Intraoperative Electron Beam Irradiation for Patients with

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					                         Intraoperative Electron Beam Irradiation for Patients
                                     with Unresectable Pancreatic Carcinoma

Since 1978 we have used electron beam intraoperative radiation                  From the Radiation Medicine, General Surgical, Medical
therapy (IORT) to deliver higher radiation doses to pancreatic                  Oncology, and Anesthesiology Services, Massachusetts
tumors than are possible with external beam techniques while                  General Hospital Cancer Center, Harvard Medical School,
minimizing the dose to the surrounding normal tissues. Twenty-                                                 Boston, Massachusetts
nine patients with localized, unresectable, pancreatic carcinoma
were treated by electron beam IORT in combination with con-
ventional external radiation therapy (XRT). The primary tumor
was located in the head of the pancreas in 20 patients, in the
head and body in six patients, and in the body and tail in three.         sible, the radiation dose required for local control of pan-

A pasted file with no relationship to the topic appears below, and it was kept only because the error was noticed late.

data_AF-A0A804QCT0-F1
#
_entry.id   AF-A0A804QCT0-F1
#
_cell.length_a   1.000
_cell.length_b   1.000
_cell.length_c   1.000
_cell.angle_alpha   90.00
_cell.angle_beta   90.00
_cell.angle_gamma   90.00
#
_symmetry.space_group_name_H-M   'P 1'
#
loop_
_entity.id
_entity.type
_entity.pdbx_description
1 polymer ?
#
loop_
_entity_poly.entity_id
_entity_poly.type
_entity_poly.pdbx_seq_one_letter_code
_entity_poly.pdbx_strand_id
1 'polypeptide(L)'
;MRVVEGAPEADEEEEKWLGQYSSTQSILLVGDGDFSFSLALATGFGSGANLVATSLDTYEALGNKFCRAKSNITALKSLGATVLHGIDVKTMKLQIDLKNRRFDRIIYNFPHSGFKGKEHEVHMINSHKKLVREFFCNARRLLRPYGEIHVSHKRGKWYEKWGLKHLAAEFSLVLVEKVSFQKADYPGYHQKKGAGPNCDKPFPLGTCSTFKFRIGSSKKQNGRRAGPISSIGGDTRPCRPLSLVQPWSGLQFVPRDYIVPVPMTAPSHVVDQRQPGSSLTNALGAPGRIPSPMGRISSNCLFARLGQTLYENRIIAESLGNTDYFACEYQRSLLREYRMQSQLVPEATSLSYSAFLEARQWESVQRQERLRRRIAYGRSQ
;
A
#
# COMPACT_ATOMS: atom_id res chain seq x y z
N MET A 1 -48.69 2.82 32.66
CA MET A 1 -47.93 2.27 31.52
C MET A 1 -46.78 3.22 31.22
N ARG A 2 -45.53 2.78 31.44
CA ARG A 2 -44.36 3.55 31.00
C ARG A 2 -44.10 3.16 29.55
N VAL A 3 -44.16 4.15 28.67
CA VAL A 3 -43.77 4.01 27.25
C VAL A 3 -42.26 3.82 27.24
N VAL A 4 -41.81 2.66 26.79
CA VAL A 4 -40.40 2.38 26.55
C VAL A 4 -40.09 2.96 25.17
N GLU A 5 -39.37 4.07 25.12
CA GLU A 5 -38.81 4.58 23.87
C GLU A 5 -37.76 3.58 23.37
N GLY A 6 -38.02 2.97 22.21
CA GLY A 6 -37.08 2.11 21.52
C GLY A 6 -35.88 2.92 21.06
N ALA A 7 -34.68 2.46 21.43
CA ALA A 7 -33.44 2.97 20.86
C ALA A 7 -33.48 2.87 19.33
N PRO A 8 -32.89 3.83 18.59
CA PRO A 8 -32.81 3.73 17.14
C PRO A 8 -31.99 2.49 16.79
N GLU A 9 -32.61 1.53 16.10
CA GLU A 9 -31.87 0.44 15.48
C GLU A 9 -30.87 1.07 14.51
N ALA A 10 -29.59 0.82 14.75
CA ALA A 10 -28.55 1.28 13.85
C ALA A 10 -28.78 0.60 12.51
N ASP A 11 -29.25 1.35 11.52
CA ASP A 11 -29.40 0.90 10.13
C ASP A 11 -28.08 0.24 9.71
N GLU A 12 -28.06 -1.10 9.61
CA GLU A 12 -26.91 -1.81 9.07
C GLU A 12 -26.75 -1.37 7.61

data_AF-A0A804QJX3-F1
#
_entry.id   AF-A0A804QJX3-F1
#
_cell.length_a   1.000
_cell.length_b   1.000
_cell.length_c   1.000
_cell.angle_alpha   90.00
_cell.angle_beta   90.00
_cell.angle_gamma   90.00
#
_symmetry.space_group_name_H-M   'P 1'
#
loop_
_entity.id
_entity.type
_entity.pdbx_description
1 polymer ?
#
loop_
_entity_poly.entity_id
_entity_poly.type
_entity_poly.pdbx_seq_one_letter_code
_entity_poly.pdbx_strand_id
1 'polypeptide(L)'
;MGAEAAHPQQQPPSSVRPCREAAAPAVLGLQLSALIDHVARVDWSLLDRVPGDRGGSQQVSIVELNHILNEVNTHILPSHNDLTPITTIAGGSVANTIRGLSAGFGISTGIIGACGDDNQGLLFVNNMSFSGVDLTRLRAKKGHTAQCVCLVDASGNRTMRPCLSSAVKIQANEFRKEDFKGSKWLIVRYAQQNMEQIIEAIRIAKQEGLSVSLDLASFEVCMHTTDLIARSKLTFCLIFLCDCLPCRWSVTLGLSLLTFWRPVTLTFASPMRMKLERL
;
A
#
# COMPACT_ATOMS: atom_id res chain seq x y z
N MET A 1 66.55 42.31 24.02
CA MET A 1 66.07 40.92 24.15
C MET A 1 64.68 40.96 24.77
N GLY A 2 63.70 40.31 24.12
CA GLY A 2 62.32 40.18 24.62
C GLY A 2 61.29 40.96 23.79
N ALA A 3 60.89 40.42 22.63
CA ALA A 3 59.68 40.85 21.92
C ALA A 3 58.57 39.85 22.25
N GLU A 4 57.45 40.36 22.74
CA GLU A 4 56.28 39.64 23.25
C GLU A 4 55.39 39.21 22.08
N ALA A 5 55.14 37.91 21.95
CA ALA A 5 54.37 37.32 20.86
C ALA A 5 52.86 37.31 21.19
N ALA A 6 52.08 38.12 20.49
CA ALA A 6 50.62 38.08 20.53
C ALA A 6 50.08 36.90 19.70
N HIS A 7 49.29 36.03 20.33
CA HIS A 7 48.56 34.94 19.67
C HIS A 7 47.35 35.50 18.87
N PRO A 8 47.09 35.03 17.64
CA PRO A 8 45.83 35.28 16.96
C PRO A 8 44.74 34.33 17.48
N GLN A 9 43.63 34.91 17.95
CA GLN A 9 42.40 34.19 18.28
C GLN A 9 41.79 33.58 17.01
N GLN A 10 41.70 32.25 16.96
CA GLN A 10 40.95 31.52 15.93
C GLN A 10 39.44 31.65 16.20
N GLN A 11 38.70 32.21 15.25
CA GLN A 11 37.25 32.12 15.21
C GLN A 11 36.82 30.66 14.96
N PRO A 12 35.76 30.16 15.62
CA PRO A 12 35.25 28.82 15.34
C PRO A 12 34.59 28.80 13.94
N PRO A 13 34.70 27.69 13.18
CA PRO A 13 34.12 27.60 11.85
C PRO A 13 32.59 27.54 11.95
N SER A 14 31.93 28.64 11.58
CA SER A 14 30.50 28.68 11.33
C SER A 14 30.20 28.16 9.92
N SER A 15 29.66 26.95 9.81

Adjuvant chemotherapy was given in 23 of the 29 patients. The             creatic carcinoma by conventional external beam irra-
last 13 patients have received misonidazole (3.5 mg/M2) just              diation alone or by particle beams (neutrons or helium
prior to IORT (20 Gy). At present 14 patients are alive and 11            ions) is greater than the tolerance of the surrounding
are without evidence of disease from 3 to 41 months after IORT.           normal tissues.3 Intraoperative radiation therapy (IORT)
The median survival is 16.5 months. Eight patients have failed
locally in the IORT field and two others failed regionally. Twelve        has been devised as a method to safely deliver higher
patients have developed distant metastases, including five who            radiation doses to the pancreatic tumors than are possible
failed locally or regionally. We have seen no local recurrences           with external beam techniques while minimizing the dose
in the 12 patients who have been treated with misonidazole and            to the surrounding normal tissues.47 The specialized
have completed IORT and XRT while 10 of 15 patients treated               IORT methods include permanent radioactive seed im-
without misonidazole have recurred locally. Because of the
shorter follow-up in the misonidazole group, this apparent im-            plantations (now mainly by Iodine-125) and the use of